Friday, March 30, 2012

Why I Chose DCP

In preparing "NYZ" for premiering at NYU's First Run Festival last week, they specified that there were only three deliverable formats acceptable: HDCam tape, Digibeta tape, or DCP, which stands for Digital Cinema Package.  Looking at these three formats, I decided to go with DCP.

Let's break down what each format brings to the table:

Digibeta, or Digital Betacam, is a great format with great uncompressed color and sound, but it comes with a few limitations.  First of all, it's standard definition (SD), so the maximum amount of pixels is 720x480 with an anamorphic squeeze.  And since First Run did not want anamorphic squeezes, that meant that my film, which is at a 2.39:1 aspect ratio, would simply be letterboxed into a 4:3 screen--obviously not the most aesthetically pleasing or economical use of space.

Then there's HDCam, which is high definition (HD) with up to 1440x1080 upscaled to 1920x1080.  That's great because 1080p was the native format that we shot in, so I know I won't be wasting pixels.  The only big caveat for HDCam, as well as Digibeta, is that it only allows for up to four channels of audio.  Since I mixed in 5.1 surround sond, that would mean mixing everything down to 4.0 at best, though most likely just 3.0--dialogue in the center, and everything else on the left and right stereo. All the work that I put into crafting a 5.1 surround mix would be wasted.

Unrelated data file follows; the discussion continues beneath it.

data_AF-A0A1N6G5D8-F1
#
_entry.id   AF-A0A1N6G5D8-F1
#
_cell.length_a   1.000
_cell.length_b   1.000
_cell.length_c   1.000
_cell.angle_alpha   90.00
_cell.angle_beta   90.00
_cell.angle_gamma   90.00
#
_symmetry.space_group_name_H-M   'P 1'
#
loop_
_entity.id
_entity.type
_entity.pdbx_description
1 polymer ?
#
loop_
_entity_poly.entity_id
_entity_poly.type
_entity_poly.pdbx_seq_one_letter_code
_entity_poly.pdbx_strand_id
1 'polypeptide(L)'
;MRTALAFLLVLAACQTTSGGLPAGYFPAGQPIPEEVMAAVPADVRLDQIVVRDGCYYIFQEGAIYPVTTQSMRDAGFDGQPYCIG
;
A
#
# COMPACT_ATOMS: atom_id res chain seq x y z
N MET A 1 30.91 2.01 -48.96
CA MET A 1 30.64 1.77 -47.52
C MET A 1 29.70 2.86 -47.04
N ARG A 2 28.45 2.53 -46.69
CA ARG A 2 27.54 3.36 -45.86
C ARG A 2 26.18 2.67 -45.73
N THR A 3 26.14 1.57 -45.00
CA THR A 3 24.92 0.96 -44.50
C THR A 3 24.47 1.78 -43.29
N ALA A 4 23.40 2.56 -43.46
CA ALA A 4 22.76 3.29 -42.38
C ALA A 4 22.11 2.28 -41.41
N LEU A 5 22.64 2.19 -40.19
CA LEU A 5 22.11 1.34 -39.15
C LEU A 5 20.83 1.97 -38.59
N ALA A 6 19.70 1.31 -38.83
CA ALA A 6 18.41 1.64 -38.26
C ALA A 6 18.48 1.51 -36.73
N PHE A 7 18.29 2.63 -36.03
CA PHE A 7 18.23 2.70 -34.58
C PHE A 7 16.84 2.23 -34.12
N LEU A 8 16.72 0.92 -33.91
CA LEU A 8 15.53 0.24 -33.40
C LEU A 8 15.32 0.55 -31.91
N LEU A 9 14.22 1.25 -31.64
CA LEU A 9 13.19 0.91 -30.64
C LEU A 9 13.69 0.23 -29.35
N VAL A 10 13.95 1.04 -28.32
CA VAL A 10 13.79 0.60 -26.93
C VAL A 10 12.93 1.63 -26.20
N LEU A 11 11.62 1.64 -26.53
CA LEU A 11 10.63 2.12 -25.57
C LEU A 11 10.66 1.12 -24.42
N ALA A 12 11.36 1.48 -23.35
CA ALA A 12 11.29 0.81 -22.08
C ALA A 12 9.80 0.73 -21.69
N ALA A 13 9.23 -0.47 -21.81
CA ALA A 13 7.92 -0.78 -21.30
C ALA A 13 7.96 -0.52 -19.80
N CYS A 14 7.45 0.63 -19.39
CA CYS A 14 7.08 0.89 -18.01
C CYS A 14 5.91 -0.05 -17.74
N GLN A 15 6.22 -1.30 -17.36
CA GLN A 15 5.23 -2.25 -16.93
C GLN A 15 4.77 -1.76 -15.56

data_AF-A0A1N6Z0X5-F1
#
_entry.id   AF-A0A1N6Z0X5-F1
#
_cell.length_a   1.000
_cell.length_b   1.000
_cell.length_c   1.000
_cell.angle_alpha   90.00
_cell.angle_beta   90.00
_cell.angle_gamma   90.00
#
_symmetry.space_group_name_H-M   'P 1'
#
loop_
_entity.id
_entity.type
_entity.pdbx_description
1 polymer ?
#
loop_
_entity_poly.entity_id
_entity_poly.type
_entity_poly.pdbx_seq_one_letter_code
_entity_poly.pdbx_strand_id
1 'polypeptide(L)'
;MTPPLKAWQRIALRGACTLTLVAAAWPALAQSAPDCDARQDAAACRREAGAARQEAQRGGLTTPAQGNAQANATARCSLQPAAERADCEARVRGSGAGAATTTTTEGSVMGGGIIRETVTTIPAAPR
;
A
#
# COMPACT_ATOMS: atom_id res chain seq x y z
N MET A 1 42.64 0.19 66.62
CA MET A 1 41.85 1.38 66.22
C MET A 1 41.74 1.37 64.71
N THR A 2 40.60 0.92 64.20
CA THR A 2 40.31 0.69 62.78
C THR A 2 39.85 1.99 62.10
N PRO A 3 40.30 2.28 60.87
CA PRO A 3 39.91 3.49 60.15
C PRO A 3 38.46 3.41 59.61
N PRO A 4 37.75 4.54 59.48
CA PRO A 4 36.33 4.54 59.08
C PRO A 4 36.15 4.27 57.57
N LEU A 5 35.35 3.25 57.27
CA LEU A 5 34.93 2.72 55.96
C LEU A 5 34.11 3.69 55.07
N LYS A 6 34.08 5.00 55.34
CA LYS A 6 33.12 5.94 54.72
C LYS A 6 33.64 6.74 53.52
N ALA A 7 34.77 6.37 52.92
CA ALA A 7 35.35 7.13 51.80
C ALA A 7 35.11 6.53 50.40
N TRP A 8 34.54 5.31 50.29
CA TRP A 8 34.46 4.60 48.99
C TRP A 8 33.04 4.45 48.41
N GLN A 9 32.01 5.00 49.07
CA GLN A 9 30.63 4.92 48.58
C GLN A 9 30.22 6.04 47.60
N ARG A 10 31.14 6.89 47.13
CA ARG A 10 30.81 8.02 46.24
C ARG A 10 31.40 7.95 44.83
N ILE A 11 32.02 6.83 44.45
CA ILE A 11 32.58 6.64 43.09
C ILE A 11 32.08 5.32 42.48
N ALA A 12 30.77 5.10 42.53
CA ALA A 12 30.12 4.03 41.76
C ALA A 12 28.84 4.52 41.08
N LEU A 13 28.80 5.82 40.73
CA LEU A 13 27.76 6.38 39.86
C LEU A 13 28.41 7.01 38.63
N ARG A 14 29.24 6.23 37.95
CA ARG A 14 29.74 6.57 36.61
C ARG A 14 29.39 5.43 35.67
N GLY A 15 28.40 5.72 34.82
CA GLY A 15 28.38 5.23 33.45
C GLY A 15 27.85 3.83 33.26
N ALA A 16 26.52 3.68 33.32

Which brings us to DCP.  DCPs are the new standard for delivering films to movie theaters in this modern digital age.  There are no reels, no tapes, just a server where all the media is stored and read as it's projected.  It can project up to 4k files and supports up to 7.1 surround sound.  And it plays back at true 24 frames per second.  So, for this film, it supported everything I needed.

Now the only problem was actually creating the DCP...

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